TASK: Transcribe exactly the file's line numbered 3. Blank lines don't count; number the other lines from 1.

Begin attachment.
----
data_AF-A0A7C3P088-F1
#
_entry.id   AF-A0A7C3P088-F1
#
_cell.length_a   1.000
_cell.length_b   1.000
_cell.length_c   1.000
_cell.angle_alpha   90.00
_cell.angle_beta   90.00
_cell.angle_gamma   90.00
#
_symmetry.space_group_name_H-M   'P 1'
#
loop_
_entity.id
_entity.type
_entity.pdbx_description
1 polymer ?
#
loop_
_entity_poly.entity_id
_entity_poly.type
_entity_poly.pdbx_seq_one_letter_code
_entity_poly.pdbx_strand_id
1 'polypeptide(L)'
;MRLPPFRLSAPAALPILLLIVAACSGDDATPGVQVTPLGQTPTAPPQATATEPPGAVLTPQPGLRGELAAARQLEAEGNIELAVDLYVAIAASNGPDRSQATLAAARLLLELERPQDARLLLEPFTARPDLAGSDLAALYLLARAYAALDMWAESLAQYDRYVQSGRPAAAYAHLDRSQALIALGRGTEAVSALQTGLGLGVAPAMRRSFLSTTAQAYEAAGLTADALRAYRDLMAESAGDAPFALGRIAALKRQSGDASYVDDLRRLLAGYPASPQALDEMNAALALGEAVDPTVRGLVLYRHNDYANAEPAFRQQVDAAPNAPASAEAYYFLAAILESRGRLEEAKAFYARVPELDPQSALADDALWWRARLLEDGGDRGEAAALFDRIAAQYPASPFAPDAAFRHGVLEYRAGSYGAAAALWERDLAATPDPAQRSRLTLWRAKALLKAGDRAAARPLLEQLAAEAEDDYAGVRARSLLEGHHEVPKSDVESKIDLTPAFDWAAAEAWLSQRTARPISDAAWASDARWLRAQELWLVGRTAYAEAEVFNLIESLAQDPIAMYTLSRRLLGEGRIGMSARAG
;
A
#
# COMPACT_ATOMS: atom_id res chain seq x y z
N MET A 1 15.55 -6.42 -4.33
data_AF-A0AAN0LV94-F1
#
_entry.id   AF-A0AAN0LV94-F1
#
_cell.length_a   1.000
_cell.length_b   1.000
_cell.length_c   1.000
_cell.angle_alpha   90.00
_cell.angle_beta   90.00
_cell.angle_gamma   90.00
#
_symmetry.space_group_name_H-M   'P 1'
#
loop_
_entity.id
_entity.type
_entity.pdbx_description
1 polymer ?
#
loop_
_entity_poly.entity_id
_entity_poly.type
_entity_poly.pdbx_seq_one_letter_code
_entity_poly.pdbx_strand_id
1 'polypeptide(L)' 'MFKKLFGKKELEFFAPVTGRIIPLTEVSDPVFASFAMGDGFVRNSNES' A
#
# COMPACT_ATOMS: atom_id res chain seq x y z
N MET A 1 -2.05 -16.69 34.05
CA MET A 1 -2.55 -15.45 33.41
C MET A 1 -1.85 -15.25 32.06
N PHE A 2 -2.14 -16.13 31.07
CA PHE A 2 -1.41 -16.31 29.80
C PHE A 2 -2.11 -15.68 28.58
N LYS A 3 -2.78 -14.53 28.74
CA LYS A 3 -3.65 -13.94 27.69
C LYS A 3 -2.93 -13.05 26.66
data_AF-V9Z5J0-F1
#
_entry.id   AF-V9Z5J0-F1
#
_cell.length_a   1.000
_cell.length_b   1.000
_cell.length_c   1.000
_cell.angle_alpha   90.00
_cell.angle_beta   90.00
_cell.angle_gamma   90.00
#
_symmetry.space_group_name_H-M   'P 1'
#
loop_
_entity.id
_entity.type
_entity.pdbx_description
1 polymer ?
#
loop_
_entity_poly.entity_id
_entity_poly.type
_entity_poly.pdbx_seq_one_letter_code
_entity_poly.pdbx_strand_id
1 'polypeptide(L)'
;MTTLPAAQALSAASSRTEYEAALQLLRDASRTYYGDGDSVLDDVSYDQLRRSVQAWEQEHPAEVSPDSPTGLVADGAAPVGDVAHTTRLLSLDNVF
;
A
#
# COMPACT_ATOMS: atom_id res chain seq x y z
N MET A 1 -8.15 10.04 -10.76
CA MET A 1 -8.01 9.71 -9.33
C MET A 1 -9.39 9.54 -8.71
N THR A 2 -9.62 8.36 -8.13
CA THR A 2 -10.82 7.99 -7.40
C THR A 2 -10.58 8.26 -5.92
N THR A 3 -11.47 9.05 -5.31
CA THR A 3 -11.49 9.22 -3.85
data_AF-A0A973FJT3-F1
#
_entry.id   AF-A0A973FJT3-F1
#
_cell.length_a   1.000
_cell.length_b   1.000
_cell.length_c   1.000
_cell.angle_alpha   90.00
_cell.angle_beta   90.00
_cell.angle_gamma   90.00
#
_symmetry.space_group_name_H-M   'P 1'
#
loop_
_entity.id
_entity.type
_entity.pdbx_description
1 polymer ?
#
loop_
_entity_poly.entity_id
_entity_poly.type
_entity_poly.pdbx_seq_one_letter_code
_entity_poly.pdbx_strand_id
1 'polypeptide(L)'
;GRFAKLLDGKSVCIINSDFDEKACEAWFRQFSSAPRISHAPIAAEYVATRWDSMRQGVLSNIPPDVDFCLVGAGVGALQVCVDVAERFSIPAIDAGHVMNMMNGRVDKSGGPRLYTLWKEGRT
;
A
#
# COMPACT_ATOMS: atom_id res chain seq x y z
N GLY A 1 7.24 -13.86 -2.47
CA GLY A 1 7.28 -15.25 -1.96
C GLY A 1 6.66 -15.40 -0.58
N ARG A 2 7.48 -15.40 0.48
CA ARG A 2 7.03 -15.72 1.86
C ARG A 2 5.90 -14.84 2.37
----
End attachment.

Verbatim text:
_entry.id   AF-A0A7C3P088-F1